THE BLOG
02/03/2016 03:35 pm ET Updated Dec 06, 2017

Teens and Love: How Should a Parent Handle Their Child's First Heartbreak?

Sad Sam fell in love in tenth grade. He was quiet and cautious. He and his girl made good friends. They talked to each other about anything. By his senior year Sam decided to reach and hold her hand. This was long in coming. I

n a text, Julia said she only wanted friendship. She was going to college and would be living at home, but couldn't have a steady boyfriend.

The text stung--not even in person.

Shattered, Sam lost his grip. He moped around, argued incessantly with his mother about anything, and had trouble concentrating at school. He, too, was going to college but living at home. Freshman year began and all he could think about was his wished for girlfriend. His yearning was intense. He texted her every day saying "Hey" until he was told by anyone who listened that he was chasing her.

Sam is a shy guy. He has few friends, just got his first job, and gets by in school. He doesn't have too many interests except sports and lounges around a lot of the day when he doesn't have something structured to do. At least high school was an all day thing. But college gave him lots of free time and he wasn't an avid student.

His mother seemed to take his arguing personally. She felt he was lazy. But his dad understood he was yearning for his girl and struggling deeply.

What Was Dad to Do?

Dad spent a lot of time listening to Sam. This was a good plan. The more Sam talked about the girl the less he missed her. He needed to talk and talk and tolerate the feeling of loss. His father understood this. He helped him refrain from texting several times a day to the girl and then moved to a few times a week and then finally to once a week.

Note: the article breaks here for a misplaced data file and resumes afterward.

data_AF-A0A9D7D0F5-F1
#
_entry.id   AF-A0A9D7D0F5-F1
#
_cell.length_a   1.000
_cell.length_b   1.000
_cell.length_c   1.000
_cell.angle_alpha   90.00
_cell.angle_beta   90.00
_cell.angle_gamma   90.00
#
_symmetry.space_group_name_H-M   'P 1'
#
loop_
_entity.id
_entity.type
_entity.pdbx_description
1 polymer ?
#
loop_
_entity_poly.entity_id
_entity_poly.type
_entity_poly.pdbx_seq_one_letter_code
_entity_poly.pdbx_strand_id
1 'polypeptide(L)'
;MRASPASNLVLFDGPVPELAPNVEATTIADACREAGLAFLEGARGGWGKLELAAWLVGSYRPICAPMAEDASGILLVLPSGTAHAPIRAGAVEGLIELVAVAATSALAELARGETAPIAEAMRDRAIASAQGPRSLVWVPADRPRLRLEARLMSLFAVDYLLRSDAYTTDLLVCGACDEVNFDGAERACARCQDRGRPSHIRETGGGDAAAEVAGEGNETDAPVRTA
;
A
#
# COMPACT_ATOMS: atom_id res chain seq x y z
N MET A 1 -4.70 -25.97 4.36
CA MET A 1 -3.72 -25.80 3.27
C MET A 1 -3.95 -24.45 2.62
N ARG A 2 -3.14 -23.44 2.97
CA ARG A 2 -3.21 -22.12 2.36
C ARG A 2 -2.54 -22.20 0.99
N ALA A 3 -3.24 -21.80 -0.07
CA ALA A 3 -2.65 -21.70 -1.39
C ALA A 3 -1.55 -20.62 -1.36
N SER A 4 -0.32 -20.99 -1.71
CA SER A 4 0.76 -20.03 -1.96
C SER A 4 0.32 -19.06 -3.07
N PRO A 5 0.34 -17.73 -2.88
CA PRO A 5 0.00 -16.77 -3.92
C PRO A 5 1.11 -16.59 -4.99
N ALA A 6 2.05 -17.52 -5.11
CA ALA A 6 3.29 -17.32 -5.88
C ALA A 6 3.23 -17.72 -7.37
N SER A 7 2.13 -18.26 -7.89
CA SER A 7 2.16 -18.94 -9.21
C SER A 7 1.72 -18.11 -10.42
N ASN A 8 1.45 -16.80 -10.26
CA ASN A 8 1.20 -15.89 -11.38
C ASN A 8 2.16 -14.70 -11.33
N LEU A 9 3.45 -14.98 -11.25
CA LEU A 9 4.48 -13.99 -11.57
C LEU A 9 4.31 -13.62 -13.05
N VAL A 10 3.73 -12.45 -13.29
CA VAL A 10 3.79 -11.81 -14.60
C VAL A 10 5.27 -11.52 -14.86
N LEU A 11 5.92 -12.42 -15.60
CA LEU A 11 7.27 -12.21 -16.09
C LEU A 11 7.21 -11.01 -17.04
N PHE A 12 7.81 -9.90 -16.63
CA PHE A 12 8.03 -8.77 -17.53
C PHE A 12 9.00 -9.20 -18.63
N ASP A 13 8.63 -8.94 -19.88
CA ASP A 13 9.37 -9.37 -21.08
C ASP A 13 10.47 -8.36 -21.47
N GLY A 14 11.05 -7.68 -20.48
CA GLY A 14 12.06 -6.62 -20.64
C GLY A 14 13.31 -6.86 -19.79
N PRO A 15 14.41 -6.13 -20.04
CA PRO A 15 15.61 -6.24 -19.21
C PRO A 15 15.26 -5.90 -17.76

This meant that the dad was teaching Sam to tolerate his feelings, a very hard task indeed. This is an essential skill in life and dad knew it.

Listening and being available was really what dad needed to do and he did it. Eventually Sam couldn't give up seeing his old girlfriend but they remained talking as friends. They shared his arguments with his mother, they watched the Superbowl , and took walks sharing their new experiences at college.

Eventually, maybe Sam will meet another girl and be able to have a final separation, but for now he needs just what he's got. Heartbreak with dad holding his feelings at bay and learning how to tolerate them bit by bit.

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Laurie Hollman, Ph.D. is a psychoanalyst with a recent book that discusses the parent-teen relationship,Unlocking Parental Intelligence: Finding Meaning in Your Child's Behavior. It can be found on Amazon, Barnes & Noble, Familius and wherever books are found.